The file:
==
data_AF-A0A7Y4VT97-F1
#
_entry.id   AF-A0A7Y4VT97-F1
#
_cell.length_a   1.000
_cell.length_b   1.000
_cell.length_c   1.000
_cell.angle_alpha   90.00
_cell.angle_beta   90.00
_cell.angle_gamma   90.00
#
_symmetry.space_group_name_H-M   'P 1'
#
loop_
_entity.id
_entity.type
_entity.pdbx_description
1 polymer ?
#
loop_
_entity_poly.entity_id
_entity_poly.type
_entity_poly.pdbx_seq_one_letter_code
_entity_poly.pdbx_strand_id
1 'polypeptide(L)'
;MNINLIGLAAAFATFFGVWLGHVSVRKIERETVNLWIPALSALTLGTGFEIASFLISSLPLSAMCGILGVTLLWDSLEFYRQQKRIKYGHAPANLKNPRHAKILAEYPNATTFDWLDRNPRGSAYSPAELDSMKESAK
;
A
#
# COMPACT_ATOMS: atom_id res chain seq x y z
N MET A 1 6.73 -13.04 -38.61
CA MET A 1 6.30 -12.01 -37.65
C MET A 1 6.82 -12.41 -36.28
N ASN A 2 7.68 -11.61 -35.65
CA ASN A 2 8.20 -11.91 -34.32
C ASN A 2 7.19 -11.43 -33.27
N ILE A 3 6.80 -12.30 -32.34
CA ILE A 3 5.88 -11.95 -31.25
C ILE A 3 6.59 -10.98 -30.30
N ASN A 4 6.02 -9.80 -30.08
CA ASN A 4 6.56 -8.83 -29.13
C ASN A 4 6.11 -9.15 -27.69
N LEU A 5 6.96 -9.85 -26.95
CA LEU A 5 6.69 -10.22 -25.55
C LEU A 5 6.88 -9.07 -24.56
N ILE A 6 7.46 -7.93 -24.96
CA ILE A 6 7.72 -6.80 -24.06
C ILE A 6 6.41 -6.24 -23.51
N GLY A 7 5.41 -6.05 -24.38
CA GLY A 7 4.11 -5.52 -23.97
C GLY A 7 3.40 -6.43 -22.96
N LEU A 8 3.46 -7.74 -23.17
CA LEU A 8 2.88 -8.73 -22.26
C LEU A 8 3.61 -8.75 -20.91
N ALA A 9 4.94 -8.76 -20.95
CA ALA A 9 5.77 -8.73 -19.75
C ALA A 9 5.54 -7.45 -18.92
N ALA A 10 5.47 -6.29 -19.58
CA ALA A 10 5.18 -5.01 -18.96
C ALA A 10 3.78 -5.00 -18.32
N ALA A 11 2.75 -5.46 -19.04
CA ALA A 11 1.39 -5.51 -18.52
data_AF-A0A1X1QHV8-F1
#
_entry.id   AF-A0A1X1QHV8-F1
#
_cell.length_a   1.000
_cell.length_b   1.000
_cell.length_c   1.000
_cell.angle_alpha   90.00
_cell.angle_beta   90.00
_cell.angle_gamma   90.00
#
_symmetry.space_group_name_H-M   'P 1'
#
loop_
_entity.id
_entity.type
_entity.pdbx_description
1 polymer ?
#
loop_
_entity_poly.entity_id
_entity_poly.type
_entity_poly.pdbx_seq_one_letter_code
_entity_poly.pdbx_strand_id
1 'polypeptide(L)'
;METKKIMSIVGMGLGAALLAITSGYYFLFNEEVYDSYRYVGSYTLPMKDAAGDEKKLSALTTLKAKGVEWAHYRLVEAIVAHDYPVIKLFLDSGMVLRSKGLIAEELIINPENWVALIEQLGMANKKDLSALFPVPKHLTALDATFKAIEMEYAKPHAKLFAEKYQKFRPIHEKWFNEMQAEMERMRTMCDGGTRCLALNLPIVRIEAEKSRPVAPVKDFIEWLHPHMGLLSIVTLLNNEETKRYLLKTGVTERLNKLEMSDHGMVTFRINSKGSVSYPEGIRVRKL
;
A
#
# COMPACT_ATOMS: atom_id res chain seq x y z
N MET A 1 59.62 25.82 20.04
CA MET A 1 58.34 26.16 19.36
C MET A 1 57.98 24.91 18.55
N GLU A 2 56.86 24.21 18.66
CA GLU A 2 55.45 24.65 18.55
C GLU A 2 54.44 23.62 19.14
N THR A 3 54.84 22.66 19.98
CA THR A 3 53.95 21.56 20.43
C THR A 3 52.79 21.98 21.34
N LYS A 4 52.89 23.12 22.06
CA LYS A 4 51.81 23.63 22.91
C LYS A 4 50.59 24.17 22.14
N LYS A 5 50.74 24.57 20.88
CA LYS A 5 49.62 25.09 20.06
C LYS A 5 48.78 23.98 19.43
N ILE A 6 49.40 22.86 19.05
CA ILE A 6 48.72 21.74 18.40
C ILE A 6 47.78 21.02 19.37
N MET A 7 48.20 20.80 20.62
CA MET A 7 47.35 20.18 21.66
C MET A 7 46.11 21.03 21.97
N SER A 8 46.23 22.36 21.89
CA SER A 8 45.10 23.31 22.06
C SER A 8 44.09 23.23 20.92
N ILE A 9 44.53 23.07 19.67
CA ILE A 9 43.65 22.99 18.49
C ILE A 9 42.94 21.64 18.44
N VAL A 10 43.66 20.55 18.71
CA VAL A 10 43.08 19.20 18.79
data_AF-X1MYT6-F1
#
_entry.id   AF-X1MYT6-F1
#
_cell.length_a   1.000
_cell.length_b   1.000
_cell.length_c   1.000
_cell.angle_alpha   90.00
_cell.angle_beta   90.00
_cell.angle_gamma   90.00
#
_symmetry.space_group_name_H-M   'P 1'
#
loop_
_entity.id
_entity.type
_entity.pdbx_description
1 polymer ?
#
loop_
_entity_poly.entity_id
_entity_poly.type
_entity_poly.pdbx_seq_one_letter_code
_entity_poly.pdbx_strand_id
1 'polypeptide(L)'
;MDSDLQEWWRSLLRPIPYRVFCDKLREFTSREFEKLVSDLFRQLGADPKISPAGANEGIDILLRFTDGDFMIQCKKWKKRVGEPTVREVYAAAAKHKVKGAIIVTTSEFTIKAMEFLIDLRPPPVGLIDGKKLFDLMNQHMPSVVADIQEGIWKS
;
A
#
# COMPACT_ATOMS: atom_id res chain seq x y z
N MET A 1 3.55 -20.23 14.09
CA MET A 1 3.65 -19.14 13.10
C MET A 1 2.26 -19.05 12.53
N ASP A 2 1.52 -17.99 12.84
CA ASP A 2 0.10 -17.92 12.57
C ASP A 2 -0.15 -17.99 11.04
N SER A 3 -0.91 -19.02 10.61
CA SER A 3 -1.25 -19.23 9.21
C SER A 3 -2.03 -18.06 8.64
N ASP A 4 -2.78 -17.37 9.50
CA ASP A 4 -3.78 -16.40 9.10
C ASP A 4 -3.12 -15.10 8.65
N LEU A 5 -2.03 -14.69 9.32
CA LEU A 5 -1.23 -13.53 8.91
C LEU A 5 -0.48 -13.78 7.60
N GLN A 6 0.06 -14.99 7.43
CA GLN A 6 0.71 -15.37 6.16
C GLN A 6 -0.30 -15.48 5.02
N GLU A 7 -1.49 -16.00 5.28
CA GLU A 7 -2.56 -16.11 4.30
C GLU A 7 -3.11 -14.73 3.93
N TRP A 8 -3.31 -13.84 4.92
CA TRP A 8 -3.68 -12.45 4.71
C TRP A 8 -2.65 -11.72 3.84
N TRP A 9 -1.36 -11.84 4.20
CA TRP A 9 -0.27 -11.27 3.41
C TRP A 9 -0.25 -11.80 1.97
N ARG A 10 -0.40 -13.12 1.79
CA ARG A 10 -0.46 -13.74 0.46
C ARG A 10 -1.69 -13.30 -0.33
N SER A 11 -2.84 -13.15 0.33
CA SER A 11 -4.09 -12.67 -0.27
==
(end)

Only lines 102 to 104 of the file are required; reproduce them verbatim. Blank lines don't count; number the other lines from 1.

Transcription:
N LYS A 4 52.89 23.12 22.06
CA LYS A 4 51.81 23.63 22.91
C LYS A 4 50.59 24.17 22.14